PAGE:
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April 22, 2021

GridGain Claims Huge Performance Boost with Intel Optane PMem

(Image courtesy Intel)

Companies running the in-memory computing platform from GridGrain Systems will see their machine learning, HPC, and analytics applications’ performance increase by 10x to 100x as a result of the use of Intel Optane persistent memory (PMem) in vectorized “App Direct” mode, the companies announced today.

GridGain Systems had already supported block-level access to Intel’s Optane PMem in GridGain 8. It also supported the use of Intel DC P4510 Series SSDs, a 3D NAND implementation of the Optane technology, which can be used either for bringing memory-class storage capabilities to SSDs or for adding data persistence and capacity at the DRAM level.

With the forthcoming release of GridGain 9, the company is widening its Optane support by adding native support for Intel Optane PMem 200 Series. This will deliver byte-level access to data housed in the PMem DIMMs using SIMD (single instruction, multiple data) instructions, such as Intel’s AVX-512. This will also vectorize the computations for data stored both in the PMem and DRAM layers stored in the GridGain storage engine.

GridGain says that tests show up to a 10x increase in performance using the byte-level App Direct mode in PMem series 200 compared to using Intel SSD DC P4510 Series. When GridGain’s native support of vectorized SIMD instructions is added to the pot, GridGain predicts that another 10x performance boost can be squeezed from the combination, delivering a (theoretical) 100x total performance advantage for “suitable workloads,” the company says.

Machine learning, HPC, and advanced analytics are among the workloads that will see the biggest gains, says Denis Magda, vice president of developer relations for the Foster City, California-based company.

“If you keep your analytical or machine learning data on SSDs, which is usually the case for large data sets, you have to load data in DRAM first before the CPU can take advantage of vectorized computations,” Magda explains to Datanami. “This disk-to-memory copy phase puts a restraining hand on vectorized instructions–the CPU has to wait while the next chunk of data gets loaded in memory before it can execute an SIMD instruction.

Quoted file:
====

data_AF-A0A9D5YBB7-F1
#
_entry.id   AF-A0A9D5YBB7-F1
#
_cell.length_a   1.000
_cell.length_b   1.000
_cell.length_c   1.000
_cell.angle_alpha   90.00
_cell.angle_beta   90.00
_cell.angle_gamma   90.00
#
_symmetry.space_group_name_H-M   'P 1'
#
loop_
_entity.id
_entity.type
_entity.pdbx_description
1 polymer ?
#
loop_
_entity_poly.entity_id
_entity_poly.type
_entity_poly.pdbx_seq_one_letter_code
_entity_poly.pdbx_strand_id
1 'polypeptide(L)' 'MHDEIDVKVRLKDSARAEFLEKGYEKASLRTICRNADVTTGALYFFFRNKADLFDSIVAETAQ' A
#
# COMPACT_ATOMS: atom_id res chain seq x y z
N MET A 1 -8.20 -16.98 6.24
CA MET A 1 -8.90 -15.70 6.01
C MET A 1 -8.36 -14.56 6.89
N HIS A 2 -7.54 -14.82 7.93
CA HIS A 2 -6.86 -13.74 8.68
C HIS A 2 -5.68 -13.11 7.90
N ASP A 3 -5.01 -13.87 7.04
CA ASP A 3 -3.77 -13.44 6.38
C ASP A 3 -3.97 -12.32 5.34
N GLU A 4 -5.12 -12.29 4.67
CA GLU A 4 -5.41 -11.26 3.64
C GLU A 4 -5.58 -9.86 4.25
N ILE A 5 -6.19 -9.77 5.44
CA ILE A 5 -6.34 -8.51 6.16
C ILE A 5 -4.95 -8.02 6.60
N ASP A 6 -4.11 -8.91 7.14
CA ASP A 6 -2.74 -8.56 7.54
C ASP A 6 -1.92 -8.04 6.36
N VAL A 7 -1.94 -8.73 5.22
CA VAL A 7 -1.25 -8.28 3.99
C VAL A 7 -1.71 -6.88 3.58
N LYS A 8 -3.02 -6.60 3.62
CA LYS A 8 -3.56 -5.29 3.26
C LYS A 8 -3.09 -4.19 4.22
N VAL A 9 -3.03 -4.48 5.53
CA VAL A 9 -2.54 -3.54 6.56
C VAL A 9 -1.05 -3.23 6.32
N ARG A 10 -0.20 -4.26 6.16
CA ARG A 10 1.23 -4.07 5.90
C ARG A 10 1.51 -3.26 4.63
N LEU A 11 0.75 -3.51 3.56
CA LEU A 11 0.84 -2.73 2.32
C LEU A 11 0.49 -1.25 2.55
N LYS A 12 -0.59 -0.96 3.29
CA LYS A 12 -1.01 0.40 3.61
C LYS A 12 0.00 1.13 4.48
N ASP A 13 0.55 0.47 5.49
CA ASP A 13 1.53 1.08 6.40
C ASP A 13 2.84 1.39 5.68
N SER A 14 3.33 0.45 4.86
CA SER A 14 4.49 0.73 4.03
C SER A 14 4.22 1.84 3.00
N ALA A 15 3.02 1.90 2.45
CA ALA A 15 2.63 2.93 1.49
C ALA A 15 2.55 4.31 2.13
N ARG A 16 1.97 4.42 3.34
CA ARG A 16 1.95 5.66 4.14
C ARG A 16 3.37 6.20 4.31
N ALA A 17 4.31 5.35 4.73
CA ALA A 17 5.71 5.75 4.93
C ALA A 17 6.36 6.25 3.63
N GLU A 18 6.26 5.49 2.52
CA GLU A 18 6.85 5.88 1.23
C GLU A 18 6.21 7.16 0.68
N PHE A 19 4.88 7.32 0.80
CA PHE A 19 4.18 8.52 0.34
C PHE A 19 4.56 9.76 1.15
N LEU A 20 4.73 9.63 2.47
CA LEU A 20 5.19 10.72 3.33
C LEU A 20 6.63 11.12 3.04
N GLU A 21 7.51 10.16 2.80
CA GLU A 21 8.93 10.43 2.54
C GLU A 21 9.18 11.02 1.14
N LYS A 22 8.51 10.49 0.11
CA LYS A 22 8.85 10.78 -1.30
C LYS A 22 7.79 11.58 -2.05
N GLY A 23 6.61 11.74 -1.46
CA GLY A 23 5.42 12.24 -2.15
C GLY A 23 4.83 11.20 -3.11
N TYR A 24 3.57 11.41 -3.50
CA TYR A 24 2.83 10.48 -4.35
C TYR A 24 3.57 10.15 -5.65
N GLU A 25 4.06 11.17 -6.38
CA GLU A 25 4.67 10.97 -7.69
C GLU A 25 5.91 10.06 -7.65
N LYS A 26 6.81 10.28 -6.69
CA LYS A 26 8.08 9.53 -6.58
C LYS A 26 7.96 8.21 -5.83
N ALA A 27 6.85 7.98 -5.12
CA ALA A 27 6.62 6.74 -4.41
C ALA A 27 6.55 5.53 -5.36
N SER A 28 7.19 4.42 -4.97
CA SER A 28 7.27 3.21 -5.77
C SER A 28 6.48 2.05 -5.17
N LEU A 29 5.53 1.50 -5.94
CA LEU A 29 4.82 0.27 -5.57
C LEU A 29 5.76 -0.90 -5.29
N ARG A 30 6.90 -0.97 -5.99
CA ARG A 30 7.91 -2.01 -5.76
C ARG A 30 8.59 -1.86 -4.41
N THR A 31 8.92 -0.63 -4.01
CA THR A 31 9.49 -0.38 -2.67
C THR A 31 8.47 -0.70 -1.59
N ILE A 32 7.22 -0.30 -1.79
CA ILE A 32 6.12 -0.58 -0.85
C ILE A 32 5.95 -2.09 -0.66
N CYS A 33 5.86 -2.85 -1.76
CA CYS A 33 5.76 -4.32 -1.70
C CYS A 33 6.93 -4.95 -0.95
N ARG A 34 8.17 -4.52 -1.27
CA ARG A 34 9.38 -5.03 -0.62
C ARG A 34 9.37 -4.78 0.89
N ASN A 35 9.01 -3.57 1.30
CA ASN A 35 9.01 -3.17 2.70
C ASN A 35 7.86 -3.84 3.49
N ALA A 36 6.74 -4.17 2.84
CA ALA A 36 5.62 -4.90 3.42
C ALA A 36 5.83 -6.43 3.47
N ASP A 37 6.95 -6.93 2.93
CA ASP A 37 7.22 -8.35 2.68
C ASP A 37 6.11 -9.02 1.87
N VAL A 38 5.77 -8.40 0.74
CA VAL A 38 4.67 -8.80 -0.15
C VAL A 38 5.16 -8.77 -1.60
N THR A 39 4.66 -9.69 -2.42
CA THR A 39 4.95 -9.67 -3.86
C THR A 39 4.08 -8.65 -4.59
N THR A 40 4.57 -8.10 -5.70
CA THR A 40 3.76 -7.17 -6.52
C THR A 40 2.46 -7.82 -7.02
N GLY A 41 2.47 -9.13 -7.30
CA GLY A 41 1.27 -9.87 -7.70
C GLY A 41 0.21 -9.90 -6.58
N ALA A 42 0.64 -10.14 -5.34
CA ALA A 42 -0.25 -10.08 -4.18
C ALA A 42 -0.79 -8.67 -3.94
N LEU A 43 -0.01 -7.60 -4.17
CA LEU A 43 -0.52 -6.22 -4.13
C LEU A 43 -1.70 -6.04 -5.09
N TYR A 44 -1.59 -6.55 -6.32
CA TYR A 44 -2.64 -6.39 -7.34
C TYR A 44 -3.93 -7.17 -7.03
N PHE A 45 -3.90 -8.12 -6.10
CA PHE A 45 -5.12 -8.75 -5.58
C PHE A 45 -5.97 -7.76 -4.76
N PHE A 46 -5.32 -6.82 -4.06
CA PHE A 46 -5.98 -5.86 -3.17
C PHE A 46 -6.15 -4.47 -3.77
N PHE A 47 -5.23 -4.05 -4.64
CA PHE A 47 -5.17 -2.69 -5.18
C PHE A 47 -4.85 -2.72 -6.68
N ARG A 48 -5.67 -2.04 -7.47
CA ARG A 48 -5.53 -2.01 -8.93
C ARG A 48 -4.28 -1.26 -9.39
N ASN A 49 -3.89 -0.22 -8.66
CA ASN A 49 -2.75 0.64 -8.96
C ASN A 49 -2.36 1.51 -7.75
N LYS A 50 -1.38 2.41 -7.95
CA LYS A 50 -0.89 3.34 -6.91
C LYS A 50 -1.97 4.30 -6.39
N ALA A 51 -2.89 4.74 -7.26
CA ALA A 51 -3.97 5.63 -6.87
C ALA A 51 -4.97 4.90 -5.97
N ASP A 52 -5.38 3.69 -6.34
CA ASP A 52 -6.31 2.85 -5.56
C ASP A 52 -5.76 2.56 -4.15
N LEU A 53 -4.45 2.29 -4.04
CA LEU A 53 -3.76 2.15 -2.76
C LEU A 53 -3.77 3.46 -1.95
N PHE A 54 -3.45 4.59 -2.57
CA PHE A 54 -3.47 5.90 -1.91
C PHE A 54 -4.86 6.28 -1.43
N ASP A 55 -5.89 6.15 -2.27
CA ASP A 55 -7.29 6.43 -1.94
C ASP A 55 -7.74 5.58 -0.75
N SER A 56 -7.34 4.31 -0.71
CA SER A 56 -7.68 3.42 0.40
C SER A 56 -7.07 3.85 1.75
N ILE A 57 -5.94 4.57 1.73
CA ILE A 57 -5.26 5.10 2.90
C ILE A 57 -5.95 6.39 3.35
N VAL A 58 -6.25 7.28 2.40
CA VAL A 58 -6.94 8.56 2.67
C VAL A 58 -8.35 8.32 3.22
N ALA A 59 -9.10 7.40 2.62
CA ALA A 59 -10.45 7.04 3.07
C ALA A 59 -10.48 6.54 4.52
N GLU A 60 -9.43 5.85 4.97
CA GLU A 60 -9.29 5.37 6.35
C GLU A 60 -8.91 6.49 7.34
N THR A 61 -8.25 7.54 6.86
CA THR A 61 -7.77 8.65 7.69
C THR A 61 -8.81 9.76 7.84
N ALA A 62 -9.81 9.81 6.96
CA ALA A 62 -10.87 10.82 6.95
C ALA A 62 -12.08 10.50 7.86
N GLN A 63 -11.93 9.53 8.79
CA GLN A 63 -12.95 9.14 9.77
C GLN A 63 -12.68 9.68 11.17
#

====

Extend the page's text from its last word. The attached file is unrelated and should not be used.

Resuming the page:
“The beauty of Intel Optane PMem AppDirect mode is that the CPU treats PMem similarly to DRAM–it can execute SIMD and AVX512 instructions directly over the data stored in PMem using similar byte-addressable low-level interfaces,” he continues. “There is no need to copy data from PMem to DRAM before the CPU can execute a vectorized instruction.”

Financial institutions, telcos, transportation companies, animation and gaming studios, and other customers will see the benefit from vectorized access to data stored in Intel PMems, says Nikita Ivanov, the founder and CTO of GridGain.

“At GridGain, we relentlessly innovate new ways to add an extra 10x to 100x boost in performance for our customers,” he says in a press release. “Native support in GridGain for affordable Intel Optane persistent memory combined with vectorized computations is the ultimate solution for advancing our vision and gaining that extra boost.”

GridGain counts ING, Citibank, American Express, and Finastra among its customers in the financial services industry, which has been a big adopter of in-memory computing for accelerating application performance. The company says that, once support for vectorized computations in Intel PMem is delivered in GridGain 9, companies will be able to unlock more performance in machine learning, advanced analytics, and HPC workloads without making further modifications to their applications (although applications typically need to be adapted to run on IMDGs in the first place).

Support for Intel Optane PMem in the GridGain IMDG is a situation where “the whole is greater than the sum of the parts,” says Alper Ilkbahar, vice president of the Data Platforms Group and the general manager of the Intel Optane Group at Intel.

“The extraordinary performance gained by Intel Optane persistent memory 200 series and AVX-512 instructions in combination with the GridGain In-Memory Computing Platform will help transform data processing in the industry,” Ilkbahar says in a press release.

Customers can also get support for Intel PMem in Apache Ignite, the open source distributed database software that is backed by GridGain Systems. However, Ignite only support Intel PMem in Memory or Storage-Over-AppDirect modes, Magda says. Native support for PMem’s AppDirect model and vectorized computation will only be available to GridGain’s enterprise customers, he says.

GridGain 9 is slated for delivery in early 2022. The offering is based on Ignite 3.0, which is currently in active development, GridGain says.

Related Items:

The Past and Future of In-Memory Computing

Filling Persistent Gaps in the ‘Big Memory’ Era

Intel Updates Optane, Expands NAND SSD Offerings

Editor’s note: This article has been corrected. Tests showed that GridGain’s support for byte-level App Direct mode will boost performance by 10x versus accessing data on Intel SSD DC P4510 Series. The additional 10x boost from vectorized execution is a theoretical boost that GridGain predicted, not something that GridGain observed in an actual test. Datanami regrets the error.